An e-mail in the possession of thePipeLine appears to show that Northampton Borough Council’s Cabinet Member for Regeneration, Enterprise and Planning, with responsibility for work relating to the Northampton Eleanor Cross, Councillor Tim Hadland, was told in November 2017, that a survey report recommended that the Cross required strapping to prevent a danger to the structure and the pubic.  This appears to contradict a statement Cllr Hadland made in an interview carried on BBC Radio Northampton’s Breakfast Show on 8 May 2017, when he suggested to BBC reporter Tom Percival that conversations had probably taken place about the report among council officers, but that he was not aware of the interpretation of the report.

Asked by Mr Percival why he appeared not to be aware of what the condition report about the Cross from experts at Clivedon Conservation Ltd and Stress UK  recommended and why the Council had not acted on those recommendations as soon as they were received in early November 2017, Cllr Hadland appeared to suggest that the report put an “extreme” case, saying,

“We don’t know what the interpretation of that report was.  You will generally find that reports will paint an extreme picture as you would expect them to do.  It’s going to be the most cautious possible.

He then appeared to distance himself from discussions among the responsible officers, telling Mr Percival,

“I dare say conversations have gone on since then.  If our officers were convinced that it was going to fall over before next week or something like that, then work will have been done much more urgently.”

However, an e-mail, dated 9 November 2017 which was sent directly to Cllr Hadland by the lead officer for his cabinet portfolio, the Head of Regeneration, Enterprise and Planning, Paul Walker, suggests Cllr Hadland was made aware both of the report and the risks it outlined at an early stage as the council discussed its response to the report.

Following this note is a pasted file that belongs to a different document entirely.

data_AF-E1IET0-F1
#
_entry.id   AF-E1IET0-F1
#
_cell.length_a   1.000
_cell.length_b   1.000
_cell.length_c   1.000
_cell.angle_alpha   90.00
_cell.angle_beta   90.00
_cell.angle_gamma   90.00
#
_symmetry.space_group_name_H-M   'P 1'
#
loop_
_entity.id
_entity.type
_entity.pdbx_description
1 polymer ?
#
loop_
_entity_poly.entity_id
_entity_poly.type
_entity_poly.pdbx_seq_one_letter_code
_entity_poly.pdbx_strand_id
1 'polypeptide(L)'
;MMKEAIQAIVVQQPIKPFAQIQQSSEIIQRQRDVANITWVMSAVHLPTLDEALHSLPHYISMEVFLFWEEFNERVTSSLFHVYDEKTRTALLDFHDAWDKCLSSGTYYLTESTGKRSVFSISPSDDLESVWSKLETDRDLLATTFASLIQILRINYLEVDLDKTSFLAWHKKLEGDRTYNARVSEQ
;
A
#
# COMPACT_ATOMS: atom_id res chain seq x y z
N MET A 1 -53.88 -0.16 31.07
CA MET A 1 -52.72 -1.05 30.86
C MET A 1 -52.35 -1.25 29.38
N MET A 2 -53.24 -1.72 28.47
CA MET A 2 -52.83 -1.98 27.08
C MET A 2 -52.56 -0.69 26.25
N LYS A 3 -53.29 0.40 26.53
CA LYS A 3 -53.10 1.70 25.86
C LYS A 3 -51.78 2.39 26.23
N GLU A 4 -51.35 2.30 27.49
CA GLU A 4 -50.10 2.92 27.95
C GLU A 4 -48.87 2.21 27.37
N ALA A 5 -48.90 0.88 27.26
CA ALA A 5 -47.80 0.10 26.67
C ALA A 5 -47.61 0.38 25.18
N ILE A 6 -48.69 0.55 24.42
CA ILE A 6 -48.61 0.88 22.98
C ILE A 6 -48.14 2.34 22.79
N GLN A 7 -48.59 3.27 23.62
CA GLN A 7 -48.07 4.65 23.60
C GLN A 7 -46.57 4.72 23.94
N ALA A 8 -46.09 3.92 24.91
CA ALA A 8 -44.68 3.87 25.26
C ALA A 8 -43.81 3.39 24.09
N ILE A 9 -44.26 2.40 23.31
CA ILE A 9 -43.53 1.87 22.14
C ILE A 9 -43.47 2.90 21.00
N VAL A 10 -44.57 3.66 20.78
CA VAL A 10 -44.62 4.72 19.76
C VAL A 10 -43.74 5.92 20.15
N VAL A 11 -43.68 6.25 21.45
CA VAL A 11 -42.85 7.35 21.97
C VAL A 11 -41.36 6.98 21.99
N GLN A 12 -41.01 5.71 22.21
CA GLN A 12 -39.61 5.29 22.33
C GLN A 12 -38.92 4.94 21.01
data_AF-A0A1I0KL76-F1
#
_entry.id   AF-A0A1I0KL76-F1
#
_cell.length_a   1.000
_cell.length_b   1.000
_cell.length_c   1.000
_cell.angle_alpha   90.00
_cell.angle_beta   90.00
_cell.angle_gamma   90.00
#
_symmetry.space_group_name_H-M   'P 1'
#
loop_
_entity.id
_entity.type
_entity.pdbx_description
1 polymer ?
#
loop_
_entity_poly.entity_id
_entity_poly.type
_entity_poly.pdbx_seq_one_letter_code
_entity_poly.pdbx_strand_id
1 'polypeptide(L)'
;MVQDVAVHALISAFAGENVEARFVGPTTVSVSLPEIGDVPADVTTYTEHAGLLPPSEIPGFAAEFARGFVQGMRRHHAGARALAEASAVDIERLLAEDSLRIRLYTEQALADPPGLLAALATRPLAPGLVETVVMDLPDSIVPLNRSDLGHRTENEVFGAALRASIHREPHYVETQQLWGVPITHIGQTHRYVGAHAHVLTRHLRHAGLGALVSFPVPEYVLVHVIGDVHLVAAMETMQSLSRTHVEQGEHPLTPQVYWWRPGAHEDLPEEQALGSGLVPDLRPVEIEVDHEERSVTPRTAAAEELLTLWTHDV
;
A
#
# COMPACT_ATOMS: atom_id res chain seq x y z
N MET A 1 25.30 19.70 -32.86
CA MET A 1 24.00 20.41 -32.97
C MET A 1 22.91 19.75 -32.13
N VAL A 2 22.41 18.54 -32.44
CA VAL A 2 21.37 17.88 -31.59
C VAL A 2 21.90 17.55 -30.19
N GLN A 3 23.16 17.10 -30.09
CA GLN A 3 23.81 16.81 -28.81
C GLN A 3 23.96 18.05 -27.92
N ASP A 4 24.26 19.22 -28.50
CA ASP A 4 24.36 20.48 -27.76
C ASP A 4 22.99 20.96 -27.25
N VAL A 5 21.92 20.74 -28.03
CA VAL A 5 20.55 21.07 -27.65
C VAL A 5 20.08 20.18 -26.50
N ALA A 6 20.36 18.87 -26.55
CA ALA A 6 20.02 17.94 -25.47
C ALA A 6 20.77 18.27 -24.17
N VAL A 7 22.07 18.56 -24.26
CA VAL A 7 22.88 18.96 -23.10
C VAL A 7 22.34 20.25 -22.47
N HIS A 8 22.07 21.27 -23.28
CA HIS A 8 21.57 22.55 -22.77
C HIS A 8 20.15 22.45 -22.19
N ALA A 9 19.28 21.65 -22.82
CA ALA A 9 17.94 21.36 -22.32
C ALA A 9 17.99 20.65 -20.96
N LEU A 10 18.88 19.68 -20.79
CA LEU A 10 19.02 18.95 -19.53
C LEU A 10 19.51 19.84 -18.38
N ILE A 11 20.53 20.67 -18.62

Under the subject line “Eleanor Cross urgent repairs”, Mr Walker told Cllr Hadland that,

As you can see the structure has a crack in it and potentially presents a possible danger to the public hence the request for fencing and signage.

Cliveden Conservation, whom we have requested more information from, suggest we should strap the upper structure as a temporary measure, pending the design of a permanent repair.”

Mr Walker also told Cllr Hadland that Craig Forsyth, the Council’s head of Communications and marketing was drafting a media release about the repairs to the Eleanor Cross.

This addressed a concern which Cllr Hadland expressed earlier in 2017 when he told colleagues that the Council needed to “demonstrate action” over repairs to the Cross or face a backlash because the issue of the Cross was “high profile”.

The e-mail trail seen by thePipeLine, shows that Northampton Council chose in the end to act on the opinion of its own staff that the Cross did not require an immediate intervention, rather than that of the specialist conservators that it did, so it did not undertake the urgent repairs called for by the Cliveden report and reported to Cllr Hadland.

Campaigners claim that the Cross continued to deteriorate over the Winter 2017/2018 with fragments of stone seen lying on the steps of the Cross having falling from the damaged stonework.

In the same programme, Ben Robinson of Historic England told Mr Percival that the organisation is fast tracking a grant application from the Council for conservation work on the Cross.

Concluding the BBC interview, Cllr Hadland countered Mr Percival’s suggestion that, following the Sekhemka controversy, the Council’s record on heritage was chequered, saying that the Council had committed millions of pounds to the restoration of nearby Delapre Abbey and to a proposed extension of Northampton’s museum and art gallery.

He concluded by saying,

“There is enough good to show that we are thoroughly committed to heritage assets and to the heritage of the town.”

However, critics of Northampton Borough Council, and of Councillor Hadland’s performance as the public face of the Council in the current controversy, are more inclined to suggest that the Council’s principle commitment seems to be towards avoiding its legal, moral and financial responsibility as the owner and custodian of the nationally important Northampton Eleanor Cross.

Cllr Hadland told thePIpeLine,

“I have not denied that I knew about the Cliveden report, merely that I had read it.

I have nothing further to add.”

[Article Updated on 14 May 2018 to include a comment from Cllr Hadland]

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